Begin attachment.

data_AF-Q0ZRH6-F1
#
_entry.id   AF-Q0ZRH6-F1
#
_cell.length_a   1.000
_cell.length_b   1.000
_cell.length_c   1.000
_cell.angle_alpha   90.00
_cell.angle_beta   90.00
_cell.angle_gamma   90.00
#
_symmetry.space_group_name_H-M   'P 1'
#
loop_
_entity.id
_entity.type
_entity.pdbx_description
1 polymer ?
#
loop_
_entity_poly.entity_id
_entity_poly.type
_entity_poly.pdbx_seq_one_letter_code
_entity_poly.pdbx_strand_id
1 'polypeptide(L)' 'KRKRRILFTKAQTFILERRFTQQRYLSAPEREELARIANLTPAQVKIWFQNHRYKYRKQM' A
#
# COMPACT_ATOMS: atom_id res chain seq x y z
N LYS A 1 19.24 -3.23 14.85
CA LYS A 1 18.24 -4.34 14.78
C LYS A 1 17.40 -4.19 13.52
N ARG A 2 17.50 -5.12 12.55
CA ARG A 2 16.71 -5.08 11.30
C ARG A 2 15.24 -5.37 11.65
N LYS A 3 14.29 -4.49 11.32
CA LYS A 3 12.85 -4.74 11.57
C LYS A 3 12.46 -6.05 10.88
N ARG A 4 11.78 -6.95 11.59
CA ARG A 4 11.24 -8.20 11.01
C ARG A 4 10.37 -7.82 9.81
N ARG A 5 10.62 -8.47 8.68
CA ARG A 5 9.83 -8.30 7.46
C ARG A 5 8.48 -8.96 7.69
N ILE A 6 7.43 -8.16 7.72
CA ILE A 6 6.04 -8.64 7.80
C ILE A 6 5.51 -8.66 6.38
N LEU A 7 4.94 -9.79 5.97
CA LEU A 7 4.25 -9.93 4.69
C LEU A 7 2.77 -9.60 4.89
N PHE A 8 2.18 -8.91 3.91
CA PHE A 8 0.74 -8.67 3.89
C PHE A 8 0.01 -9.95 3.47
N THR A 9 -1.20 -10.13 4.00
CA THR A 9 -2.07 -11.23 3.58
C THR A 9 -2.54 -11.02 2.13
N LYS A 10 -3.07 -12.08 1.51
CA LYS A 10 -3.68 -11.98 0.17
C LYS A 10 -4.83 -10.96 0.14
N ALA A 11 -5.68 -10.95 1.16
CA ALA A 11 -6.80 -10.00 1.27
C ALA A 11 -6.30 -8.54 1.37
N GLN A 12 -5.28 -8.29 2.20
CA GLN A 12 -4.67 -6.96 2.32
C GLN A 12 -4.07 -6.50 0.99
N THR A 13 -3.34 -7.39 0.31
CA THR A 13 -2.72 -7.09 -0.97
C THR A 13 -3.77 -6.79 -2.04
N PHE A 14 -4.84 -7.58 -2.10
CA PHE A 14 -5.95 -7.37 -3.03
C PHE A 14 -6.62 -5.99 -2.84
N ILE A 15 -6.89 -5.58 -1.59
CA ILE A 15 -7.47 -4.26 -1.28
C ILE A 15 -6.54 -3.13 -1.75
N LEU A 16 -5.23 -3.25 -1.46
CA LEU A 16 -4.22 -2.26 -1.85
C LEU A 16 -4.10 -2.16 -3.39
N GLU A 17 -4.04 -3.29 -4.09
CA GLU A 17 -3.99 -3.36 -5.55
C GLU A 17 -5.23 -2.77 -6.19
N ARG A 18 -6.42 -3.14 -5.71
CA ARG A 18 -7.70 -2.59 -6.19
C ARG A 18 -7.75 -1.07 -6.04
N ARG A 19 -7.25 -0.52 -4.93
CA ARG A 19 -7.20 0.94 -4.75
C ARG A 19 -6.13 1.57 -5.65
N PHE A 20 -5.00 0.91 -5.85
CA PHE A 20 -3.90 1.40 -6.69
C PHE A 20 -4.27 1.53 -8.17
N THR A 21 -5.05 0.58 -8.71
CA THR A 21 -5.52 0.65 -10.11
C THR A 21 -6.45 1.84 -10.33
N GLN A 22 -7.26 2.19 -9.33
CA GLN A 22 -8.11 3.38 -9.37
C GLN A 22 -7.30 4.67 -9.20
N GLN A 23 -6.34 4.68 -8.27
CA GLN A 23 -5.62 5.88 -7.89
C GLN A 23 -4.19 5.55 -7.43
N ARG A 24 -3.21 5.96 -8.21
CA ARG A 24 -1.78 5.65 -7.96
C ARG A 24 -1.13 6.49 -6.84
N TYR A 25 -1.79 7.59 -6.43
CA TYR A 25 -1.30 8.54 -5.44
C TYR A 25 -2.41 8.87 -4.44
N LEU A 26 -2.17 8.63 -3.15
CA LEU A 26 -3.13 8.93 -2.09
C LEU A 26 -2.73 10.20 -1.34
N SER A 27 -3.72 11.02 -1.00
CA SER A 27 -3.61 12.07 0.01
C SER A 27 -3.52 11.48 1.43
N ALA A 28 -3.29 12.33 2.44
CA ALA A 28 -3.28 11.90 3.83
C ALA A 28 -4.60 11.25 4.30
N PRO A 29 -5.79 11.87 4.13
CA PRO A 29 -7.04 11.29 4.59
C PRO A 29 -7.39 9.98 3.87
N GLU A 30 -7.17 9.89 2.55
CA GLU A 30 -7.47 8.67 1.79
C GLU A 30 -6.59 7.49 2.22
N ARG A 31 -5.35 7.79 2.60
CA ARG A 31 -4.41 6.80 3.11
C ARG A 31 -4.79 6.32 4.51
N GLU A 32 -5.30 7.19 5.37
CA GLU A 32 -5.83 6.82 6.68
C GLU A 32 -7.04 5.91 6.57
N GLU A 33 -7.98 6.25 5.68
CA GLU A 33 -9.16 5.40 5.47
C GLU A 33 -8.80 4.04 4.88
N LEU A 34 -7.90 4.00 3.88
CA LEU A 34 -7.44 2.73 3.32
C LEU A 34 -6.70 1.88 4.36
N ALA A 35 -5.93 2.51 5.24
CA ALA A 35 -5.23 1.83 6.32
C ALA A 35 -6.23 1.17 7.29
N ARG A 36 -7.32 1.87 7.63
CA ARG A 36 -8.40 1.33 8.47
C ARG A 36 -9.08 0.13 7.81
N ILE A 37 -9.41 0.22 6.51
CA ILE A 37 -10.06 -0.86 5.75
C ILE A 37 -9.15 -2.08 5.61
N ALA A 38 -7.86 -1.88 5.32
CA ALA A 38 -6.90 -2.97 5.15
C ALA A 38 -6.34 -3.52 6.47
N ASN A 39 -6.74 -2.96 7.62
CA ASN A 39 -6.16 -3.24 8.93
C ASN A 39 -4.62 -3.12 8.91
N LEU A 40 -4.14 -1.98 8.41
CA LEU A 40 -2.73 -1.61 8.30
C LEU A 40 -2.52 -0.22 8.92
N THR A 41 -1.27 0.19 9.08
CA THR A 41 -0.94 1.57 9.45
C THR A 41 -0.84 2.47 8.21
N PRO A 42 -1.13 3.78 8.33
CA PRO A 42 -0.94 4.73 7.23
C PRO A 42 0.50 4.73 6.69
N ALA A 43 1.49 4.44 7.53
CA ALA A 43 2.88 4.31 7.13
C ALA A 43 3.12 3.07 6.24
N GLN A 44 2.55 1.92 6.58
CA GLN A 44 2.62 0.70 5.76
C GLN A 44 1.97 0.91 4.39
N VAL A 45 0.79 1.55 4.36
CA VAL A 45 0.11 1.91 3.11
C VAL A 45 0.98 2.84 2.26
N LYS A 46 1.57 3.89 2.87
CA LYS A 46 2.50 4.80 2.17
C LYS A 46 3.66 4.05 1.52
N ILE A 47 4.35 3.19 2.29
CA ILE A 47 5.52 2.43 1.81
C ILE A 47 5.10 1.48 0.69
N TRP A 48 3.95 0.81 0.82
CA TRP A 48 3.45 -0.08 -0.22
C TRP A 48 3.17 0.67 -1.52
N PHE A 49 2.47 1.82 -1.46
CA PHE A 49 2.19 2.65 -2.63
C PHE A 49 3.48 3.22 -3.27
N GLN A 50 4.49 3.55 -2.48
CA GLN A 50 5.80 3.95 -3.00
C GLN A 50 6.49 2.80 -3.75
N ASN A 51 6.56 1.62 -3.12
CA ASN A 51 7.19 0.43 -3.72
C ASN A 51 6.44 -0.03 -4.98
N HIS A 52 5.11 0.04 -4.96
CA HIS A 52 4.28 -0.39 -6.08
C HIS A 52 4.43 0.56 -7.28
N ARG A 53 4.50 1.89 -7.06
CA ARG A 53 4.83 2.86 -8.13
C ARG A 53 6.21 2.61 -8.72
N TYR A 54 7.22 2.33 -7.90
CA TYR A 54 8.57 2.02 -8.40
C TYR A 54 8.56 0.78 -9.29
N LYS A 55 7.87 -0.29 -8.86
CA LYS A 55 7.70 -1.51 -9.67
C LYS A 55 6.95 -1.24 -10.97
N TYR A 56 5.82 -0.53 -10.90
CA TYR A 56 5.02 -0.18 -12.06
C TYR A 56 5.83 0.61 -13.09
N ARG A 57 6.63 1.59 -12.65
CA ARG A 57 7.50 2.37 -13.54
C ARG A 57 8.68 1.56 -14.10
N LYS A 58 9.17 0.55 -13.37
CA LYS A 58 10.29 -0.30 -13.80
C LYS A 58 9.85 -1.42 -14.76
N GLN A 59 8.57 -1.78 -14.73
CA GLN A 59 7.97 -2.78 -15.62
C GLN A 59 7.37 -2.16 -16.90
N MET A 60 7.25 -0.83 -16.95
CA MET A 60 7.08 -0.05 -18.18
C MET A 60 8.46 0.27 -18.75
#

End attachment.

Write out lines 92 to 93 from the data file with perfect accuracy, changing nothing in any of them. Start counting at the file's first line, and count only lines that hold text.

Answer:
CA GLN A 22 -8.11 3.38 -9.37
C GLN A 22 -7.30 4.67 -9.20